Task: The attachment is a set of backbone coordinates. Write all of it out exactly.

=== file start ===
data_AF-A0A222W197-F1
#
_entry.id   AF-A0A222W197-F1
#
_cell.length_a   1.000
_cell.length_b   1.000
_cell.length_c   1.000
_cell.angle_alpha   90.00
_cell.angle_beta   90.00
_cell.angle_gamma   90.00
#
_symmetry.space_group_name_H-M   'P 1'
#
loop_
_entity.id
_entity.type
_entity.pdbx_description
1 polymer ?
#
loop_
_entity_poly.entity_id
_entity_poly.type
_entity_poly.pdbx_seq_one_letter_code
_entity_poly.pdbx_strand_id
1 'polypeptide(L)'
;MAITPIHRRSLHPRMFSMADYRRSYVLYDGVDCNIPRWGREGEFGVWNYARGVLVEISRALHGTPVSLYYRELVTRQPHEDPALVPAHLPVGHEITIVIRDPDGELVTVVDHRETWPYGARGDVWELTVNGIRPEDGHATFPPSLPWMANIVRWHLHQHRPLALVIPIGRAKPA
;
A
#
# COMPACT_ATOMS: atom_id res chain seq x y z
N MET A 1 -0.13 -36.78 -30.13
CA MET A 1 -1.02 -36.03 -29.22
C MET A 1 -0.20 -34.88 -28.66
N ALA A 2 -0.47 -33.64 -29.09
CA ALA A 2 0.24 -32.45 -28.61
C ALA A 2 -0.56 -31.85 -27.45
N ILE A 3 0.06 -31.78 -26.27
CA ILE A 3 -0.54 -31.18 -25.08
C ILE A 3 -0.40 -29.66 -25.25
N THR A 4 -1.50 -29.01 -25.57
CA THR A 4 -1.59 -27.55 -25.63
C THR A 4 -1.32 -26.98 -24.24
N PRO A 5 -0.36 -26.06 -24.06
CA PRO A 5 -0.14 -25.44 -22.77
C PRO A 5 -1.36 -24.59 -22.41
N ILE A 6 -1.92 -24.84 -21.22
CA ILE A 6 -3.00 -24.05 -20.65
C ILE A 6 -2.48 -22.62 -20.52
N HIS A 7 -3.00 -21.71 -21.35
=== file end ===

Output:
data_AF-A0A222W197-F1
#
_entry.id   AF-A0A222W197-F1
#
_cell.length_a   1.000
_cell.length_b   1.000
_cell.length_c   1.000
_cell.angle_alpha   90.00
_cell.angle_beta   90.00
_cell.angle_gamma   90.00
#
_symmetry.space_group_name_H-M   'P 1'
#
loop_
_entity.id
_entity.type
_entity.pdbx_description
1 polymer ?
#
loop_
_entity_poly.entity_id
_entity_poly.type
_entity_poly.pdbx_seq_one_letter_code
_entity_poly.pdbx_strand_id
1 'polypeptide(L)'
;MAITPIHRRSLHPRMFSMADYRRSYVLYDGVDCNIPRWGREGEFGVWNYARGVLVEISRALHGTPVSLYYRELVTRQPHEDPALVPAHLPVGHEITIVIRDPDGELVTVVDHRETWPYGARGDVWELTVNGIRPEDGHATFPPSLPWMANIVRWHLHQHRPLALVIPIGRAKPA
;
A
#
# COMPACT_ATOMS: atom_id res chain seq x y z
N MET A 1 -0.13 -36.78 -30.13
CA MET A 1 -1.02 -36.03 -29.22
C MET A 1 -0.20 -34.88 -28.66
N ALA A 2 -0.47 -33.64 -29.09
CA ALA A 2 0.24 -32.45 -28.61
C ALA A 2 -0.56 -31.85 -27.45
N ILE A 3 0.06 -31.78 -26.27
CA ILE A 3 -0.54 -31.18 -25.08
C ILE A 3 -0.40 -29.66 -25.25
N THR A 4 -1.50 -29.01 -25.57
CA THR A 4 -1.59 -27.55 -25.63
C THR A 4 -1.32 -26.98 -24.24
N PRO A 5 -0.36 -26.06 -24.06
CA PRO A 5 -0.14 -25.44 -22.77
C PRO A 5 -1.36 -24.59 -22.41
N ILE A 6 -1.92 -24.84 -21.22
CA ILE A 6 -3.00 -24.05 -20.65
C ILE A 6 -2.48 -22.62 -20.52
N HIS A 7 -3.00 -21.71 -21.35